|Intriguing book-related trivia at the cafe.|
Quick and Easy Ways:
1. Social Media. Use your twitter, facebook, Goodreads, or other social media account to mention the books you love. The mention could be as simple as saying you finished a book and it made you swoon/cry/smile/angry, or you could use twitter to post an opinion question or poll about some aspect of the book to create a more interactive sharing experience. Particularly hot button topics include siding with one or the other love interest in a love triangle, book vs. movie, or comparing two similar books in the same genre.
2. Books as Gifts. 'Tis the season, and giving books is a great way to appreciate a favorite author, as well as get everyone crossed off your gift-list quickly. It seems there are two ways to go when purchasing books for others: buy what you think they would like, or introduce them to your favorite authors. I have given books under both conditions. Only you will know how receptive a friend or family member might be to receive your most favorite contemporary or dystopian YA; don't forget to consider that giving your favorite books can be a way for you and your adult family members to connect over a common interest. Adults love that stuff.
3. Leave the Book Places. Have an extra copy of your favorite book? Write a note in the front cover about why it's your favorite. Mention whether you want the next person to take the book with them to read, or whether you'd prefer they leave the book in your chosen location. A train station, for example, is a good place to leave books you'd expect someone to take. Your doctor's office, in contrast, is a great place to leave a book for people to start, hopefully getting sucked into the first few chapters as they wait for their appointment.
4. Actual Word of Mouth. Tell people about your favorite authors. As a writer and as a reader, I am often asked for book recommendations. Become that person that others come to for recommendations by offering your opinions freely, reading in public and joining (respectfully) in conversations where others are giving their own recommendations.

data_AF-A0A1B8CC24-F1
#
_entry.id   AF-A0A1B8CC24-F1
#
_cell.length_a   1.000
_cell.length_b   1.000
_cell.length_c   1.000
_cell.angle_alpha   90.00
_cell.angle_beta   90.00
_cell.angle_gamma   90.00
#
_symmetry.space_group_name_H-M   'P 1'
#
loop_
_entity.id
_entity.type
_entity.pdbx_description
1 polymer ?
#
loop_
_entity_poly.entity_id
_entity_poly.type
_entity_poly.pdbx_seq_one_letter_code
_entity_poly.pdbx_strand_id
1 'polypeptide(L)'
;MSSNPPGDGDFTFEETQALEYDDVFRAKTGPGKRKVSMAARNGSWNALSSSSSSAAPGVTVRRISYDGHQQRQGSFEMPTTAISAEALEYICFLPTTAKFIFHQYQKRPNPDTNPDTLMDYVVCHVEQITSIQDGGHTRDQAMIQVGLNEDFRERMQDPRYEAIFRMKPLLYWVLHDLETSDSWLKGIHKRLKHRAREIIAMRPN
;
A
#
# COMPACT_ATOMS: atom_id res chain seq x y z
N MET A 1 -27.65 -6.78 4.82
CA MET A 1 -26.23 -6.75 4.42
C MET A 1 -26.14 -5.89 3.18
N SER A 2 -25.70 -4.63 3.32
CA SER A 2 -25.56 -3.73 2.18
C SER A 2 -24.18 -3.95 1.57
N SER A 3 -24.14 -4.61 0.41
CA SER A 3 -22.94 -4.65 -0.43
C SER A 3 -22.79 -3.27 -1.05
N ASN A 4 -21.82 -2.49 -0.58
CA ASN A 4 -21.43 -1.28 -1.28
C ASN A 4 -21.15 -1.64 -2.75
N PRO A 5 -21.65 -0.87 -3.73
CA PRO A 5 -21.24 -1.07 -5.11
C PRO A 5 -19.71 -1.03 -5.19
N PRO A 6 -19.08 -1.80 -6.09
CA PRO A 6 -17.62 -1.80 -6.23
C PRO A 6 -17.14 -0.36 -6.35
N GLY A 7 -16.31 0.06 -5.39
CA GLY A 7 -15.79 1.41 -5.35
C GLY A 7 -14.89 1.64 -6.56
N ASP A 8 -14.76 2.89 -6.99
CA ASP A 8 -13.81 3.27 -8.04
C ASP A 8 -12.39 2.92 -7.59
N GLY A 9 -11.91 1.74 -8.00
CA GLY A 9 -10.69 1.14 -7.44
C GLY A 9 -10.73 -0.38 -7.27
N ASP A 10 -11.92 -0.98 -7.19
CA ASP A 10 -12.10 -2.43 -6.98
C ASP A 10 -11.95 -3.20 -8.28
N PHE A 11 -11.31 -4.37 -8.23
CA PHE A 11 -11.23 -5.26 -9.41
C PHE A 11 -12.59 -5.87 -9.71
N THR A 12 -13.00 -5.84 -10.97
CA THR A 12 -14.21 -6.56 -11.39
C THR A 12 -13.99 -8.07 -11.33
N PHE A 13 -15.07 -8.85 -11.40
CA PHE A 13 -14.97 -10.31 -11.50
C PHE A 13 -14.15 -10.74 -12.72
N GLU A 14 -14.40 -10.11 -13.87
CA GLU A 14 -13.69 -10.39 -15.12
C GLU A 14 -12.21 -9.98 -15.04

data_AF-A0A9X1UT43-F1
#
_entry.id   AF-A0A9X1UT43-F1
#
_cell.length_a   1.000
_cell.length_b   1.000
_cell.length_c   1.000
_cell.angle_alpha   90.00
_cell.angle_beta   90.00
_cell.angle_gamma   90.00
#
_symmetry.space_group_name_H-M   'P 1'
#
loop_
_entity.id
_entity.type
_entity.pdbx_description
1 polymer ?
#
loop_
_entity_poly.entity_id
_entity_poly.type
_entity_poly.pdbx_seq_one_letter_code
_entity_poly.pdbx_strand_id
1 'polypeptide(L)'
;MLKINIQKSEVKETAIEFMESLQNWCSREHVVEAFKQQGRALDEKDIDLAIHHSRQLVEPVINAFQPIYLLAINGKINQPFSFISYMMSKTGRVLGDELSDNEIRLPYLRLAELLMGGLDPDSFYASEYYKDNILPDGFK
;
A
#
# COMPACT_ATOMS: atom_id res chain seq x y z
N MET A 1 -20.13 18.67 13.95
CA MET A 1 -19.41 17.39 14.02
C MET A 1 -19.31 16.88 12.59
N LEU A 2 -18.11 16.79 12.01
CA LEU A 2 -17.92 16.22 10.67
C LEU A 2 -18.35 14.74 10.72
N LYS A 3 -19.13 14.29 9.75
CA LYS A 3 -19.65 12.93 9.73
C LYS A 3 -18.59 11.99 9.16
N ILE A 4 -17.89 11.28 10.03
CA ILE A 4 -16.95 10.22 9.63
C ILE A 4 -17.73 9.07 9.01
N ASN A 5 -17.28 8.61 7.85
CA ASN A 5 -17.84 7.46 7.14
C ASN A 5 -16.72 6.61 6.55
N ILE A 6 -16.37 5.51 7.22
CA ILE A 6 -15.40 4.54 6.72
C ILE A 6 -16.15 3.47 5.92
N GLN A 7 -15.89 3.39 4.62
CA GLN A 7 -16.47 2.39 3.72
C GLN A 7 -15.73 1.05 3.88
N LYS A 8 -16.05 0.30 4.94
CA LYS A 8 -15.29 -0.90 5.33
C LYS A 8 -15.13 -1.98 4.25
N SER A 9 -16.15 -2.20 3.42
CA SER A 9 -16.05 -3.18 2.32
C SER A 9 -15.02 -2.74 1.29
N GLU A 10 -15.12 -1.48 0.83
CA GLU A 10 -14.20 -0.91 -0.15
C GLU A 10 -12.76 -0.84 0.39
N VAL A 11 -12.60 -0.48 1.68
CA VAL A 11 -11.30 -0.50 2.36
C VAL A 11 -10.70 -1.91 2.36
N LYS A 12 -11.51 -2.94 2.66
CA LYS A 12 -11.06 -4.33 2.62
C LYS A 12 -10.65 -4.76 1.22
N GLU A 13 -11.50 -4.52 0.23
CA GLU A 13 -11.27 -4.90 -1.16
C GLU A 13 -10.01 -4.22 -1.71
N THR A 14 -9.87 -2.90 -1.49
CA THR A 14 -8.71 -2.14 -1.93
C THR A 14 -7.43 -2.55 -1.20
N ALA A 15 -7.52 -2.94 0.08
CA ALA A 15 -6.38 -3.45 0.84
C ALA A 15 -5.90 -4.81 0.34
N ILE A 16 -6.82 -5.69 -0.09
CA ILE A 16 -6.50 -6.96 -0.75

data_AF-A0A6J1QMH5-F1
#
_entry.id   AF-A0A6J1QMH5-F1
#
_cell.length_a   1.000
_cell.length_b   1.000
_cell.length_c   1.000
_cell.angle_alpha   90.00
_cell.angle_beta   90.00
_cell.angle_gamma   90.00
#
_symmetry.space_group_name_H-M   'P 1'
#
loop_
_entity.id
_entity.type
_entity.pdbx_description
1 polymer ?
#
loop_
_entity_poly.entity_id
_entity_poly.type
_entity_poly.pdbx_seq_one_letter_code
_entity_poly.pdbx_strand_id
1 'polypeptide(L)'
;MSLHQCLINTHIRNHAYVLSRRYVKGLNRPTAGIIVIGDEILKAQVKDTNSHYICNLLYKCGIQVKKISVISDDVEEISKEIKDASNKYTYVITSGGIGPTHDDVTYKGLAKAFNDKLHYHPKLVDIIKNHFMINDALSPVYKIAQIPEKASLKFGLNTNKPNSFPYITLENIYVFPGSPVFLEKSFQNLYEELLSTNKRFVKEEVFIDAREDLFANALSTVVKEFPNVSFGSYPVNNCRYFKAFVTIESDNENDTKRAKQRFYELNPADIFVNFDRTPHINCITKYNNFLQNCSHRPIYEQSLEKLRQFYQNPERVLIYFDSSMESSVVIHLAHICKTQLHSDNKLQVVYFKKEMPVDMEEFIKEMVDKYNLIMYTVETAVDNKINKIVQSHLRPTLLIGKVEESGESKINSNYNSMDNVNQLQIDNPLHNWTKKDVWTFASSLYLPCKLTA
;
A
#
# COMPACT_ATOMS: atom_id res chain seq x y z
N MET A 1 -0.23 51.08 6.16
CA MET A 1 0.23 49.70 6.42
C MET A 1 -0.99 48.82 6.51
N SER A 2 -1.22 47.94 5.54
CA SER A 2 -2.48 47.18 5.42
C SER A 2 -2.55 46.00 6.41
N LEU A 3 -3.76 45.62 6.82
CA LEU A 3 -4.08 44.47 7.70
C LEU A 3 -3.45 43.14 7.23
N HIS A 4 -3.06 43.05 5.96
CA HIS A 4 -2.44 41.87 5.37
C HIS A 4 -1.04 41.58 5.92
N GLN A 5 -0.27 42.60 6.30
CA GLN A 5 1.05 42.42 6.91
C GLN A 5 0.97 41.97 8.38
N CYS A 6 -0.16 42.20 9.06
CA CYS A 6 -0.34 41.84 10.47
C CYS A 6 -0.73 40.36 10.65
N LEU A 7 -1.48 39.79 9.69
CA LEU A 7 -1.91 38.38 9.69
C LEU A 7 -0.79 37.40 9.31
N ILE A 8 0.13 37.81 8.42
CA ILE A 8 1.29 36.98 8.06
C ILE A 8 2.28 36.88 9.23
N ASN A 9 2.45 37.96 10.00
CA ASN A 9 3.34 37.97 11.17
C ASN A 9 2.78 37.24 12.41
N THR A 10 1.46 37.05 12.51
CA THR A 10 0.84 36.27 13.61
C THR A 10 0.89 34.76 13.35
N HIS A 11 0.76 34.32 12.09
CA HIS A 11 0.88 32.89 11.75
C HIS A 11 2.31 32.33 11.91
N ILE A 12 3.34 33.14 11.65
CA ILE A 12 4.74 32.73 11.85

More Involved Ways:
1. Get it in the Classroom. Ask your teacher to stock a copy of your favorite book in her or his classroom. As a student, prepare a few ideas to tell your teacher about why the book should be available for in-class reading or checking out to take home. At this time of year, teachers sometimes get bookstore gift cards from students and may consider using that, or school funds, to stock the book. If you can supply a copy, even better. Parents can also get involved by emailing book recommendations to teachers or bringing favorite books to parent-teacher conferences.
2. Start a Reading Group. Perhaps your school has a book club or you meet with a group of reader-friends regularly, already. Expand your reach by contacting your local library or book store to ask if you can assist in forming a reading group. Create a "Suggested Reads" newsletter for your group and feature your favorite books as reads of the month. An added bonus is that, with the bookstore's or library's backing, you might be able to help arrange a visit by a favorite author going on tour, or one who is local to your area. Another option is to ask your library or bookstore if you can write a brief review or recommendation on a sticky-note-sized-paper to post on your favorite book's display or shelf space.
3. Fanfic. Some authors read it, some don't. Some authors hate it, others are flattered by it. Regardless how the author feels about fanfiction, it spreads the word about a book. Join a fanfic website (and follow its rules, or find a different site to join) and start posting stories about your favorite book characters and setting.
4. Contact Your Favorite Author. Check to see if your favorite author has a website with contact information. Sometimes, this will be a direct email, while other times it will be the email to a publicity rep or the publisher. Send a thoughtful, well-composed email with your thoughts on the book. Request a few postcards or bookmarks, then share those with reader friends. It's no guarantee that you'll be sent anything, but it doesn't hurt to ask. Popular authors, especially, likely don't have time to respond to every message, even if they wish they did, or may leave the promotional materials to others.
What are your favorite ways to spread word about your favorite books or authors?
Have a super week!
Have a super week!